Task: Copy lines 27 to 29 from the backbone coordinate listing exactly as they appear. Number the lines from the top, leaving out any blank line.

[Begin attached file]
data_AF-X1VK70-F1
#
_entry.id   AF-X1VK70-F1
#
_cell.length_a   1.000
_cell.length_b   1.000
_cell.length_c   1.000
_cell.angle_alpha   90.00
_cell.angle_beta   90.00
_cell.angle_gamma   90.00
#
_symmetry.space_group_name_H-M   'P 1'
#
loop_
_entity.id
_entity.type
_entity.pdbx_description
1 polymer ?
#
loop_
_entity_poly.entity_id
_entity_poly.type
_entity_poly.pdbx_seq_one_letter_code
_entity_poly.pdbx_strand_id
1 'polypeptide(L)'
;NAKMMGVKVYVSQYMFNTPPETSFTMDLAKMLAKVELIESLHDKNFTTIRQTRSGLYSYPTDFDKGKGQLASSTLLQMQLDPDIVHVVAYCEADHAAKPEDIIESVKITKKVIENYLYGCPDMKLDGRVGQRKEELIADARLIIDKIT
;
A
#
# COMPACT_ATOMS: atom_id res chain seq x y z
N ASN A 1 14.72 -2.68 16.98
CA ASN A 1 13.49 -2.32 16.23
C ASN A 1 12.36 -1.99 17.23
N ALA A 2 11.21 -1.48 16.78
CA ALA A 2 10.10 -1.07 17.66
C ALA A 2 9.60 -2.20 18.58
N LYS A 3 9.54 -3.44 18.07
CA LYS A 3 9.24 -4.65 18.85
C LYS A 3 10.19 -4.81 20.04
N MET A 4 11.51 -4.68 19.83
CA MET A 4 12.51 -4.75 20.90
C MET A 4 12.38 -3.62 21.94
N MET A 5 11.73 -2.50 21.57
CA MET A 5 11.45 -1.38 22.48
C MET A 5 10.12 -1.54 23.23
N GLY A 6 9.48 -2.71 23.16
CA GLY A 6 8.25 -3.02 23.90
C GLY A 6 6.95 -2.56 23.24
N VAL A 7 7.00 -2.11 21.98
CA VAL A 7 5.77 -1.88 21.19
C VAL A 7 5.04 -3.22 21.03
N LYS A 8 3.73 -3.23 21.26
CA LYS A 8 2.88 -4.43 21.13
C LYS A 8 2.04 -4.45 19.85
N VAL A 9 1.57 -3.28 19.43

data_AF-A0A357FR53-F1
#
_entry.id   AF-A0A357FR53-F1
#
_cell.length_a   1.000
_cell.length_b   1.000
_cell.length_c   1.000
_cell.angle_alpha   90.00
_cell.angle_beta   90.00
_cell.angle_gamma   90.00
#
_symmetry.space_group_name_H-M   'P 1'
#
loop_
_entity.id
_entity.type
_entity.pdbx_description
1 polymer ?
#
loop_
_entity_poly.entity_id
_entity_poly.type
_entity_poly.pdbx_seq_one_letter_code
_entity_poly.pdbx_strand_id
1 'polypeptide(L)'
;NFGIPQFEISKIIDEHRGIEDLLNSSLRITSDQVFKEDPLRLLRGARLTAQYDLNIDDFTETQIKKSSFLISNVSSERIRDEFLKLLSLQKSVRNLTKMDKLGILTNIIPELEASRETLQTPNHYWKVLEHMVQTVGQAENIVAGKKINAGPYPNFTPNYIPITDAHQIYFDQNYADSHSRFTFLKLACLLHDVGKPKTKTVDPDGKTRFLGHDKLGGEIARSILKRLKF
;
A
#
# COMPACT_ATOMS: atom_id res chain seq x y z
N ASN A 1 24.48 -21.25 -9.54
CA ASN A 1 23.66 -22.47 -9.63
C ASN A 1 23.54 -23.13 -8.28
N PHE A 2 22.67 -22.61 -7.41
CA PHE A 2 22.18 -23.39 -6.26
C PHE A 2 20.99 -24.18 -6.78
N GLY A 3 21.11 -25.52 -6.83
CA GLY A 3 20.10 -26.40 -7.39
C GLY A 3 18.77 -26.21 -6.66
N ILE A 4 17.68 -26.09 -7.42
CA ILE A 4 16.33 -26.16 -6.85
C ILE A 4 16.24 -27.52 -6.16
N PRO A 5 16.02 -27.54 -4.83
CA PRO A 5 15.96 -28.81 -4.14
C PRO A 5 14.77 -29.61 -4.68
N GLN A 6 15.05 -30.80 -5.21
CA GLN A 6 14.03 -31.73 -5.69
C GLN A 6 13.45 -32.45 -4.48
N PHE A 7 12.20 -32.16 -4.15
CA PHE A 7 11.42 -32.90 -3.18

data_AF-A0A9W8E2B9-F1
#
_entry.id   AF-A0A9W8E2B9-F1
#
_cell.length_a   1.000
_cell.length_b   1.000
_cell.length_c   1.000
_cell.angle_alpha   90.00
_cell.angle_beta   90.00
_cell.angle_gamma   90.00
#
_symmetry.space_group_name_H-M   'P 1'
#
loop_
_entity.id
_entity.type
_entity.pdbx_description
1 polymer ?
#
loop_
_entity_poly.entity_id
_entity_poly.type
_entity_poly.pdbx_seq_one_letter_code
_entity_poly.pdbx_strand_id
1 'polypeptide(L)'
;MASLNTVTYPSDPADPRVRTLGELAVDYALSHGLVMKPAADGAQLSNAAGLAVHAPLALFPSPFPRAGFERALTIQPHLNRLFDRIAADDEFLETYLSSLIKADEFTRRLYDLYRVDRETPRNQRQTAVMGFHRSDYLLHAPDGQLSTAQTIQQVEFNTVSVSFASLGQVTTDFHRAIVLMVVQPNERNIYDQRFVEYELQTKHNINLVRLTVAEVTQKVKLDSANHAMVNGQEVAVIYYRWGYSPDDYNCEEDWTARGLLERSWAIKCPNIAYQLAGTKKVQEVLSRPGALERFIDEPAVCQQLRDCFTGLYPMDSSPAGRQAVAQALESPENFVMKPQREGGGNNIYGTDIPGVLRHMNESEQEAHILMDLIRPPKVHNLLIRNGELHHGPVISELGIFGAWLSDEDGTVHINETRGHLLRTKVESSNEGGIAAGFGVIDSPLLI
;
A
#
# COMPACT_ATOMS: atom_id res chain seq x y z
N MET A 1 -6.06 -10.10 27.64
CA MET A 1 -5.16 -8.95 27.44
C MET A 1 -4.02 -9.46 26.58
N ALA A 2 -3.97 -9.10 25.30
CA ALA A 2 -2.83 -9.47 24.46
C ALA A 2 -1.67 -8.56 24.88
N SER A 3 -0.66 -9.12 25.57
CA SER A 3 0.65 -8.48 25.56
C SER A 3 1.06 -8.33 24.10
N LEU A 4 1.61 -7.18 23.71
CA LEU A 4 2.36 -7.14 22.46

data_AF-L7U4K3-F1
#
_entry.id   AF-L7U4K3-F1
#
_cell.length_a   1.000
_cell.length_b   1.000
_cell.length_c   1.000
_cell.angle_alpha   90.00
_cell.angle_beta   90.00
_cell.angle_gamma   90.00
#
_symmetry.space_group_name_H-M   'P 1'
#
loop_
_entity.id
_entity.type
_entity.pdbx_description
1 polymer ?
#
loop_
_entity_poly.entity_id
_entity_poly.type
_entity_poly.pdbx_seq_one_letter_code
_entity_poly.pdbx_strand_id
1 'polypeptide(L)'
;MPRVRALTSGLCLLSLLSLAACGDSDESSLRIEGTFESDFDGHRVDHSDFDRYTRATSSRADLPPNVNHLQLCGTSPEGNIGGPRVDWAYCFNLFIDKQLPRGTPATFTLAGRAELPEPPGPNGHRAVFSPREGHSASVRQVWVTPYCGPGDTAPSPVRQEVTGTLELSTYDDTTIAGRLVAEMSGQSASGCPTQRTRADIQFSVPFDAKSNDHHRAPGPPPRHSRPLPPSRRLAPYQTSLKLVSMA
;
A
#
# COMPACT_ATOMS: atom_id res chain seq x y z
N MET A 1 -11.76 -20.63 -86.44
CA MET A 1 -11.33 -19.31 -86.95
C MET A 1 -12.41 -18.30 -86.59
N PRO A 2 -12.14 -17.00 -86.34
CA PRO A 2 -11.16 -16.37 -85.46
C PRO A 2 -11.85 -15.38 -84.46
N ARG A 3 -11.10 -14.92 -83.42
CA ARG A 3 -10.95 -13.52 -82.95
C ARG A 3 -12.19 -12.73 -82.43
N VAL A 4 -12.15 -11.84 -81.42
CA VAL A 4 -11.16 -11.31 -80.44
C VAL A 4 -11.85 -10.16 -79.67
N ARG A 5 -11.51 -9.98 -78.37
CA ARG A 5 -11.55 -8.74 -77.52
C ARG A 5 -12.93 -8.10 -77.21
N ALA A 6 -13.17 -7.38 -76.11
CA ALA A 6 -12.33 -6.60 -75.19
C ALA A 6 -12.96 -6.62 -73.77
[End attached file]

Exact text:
;
A
#